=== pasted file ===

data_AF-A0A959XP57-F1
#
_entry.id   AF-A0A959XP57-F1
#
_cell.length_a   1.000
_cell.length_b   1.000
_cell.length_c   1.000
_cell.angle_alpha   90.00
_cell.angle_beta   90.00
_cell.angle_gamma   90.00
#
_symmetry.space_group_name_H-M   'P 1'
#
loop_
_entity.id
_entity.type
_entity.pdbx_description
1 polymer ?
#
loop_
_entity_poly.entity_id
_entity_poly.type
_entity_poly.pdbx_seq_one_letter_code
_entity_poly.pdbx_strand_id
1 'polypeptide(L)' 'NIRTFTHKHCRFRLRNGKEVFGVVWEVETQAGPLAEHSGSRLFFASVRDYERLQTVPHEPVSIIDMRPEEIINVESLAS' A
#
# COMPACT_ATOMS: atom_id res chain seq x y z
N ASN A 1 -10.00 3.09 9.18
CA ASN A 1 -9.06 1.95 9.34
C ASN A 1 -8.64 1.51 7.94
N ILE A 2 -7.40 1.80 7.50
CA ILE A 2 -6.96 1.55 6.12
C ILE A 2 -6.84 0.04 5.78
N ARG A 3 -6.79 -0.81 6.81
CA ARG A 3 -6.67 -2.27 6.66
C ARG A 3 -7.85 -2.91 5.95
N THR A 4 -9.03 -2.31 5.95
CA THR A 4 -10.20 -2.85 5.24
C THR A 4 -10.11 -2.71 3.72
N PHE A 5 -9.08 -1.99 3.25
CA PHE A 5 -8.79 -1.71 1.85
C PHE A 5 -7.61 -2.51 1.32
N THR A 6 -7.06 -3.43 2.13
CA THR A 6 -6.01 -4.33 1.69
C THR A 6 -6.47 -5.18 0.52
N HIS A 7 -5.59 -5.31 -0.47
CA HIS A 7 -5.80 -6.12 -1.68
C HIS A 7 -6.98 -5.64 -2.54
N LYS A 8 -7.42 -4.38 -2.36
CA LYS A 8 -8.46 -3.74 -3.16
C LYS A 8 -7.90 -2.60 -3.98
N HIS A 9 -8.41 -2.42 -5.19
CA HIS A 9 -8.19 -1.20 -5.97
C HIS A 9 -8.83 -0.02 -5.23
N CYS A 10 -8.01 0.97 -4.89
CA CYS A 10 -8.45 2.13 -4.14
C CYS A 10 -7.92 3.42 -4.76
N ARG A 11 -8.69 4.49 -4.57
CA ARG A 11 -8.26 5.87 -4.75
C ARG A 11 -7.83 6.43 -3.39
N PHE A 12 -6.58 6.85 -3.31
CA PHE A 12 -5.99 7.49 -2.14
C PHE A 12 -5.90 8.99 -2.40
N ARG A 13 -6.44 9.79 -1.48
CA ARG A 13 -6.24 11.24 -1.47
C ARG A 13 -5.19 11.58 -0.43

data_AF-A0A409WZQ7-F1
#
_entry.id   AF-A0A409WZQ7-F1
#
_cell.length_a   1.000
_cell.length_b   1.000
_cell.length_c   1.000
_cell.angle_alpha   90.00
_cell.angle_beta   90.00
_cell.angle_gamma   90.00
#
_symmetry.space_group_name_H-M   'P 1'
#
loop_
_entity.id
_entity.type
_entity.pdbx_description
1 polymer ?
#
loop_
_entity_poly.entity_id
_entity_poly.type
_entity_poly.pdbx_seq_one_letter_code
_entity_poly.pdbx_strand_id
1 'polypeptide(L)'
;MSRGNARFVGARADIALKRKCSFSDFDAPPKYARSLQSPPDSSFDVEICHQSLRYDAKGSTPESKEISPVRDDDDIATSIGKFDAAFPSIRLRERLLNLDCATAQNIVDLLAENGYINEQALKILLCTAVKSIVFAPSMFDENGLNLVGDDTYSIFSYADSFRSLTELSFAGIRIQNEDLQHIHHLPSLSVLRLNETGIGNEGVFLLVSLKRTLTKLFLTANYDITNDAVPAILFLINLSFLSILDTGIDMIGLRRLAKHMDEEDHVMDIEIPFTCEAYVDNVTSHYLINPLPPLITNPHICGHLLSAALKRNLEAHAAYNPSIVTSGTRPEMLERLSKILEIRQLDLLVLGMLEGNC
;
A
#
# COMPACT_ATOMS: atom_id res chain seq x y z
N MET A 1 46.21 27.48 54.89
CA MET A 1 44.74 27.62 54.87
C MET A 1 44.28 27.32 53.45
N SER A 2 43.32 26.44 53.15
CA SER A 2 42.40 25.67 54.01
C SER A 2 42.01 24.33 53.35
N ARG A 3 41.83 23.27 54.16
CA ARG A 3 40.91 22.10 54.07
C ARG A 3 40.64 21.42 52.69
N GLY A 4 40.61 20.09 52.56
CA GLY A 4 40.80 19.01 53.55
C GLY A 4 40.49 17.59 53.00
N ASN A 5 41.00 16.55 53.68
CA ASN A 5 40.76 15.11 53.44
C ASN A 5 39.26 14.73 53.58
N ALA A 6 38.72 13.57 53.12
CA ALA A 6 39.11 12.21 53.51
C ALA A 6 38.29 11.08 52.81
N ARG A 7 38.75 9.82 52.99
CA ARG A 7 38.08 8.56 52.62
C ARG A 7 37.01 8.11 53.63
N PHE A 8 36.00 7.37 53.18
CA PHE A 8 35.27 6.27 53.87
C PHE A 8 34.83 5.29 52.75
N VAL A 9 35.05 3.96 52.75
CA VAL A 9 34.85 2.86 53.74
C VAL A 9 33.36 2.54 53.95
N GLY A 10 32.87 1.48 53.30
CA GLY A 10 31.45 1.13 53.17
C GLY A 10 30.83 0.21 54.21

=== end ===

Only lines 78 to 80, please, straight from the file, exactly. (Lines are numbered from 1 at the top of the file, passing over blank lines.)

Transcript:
_symmetry.space_group_name_H-M   'P 1'
#
loop_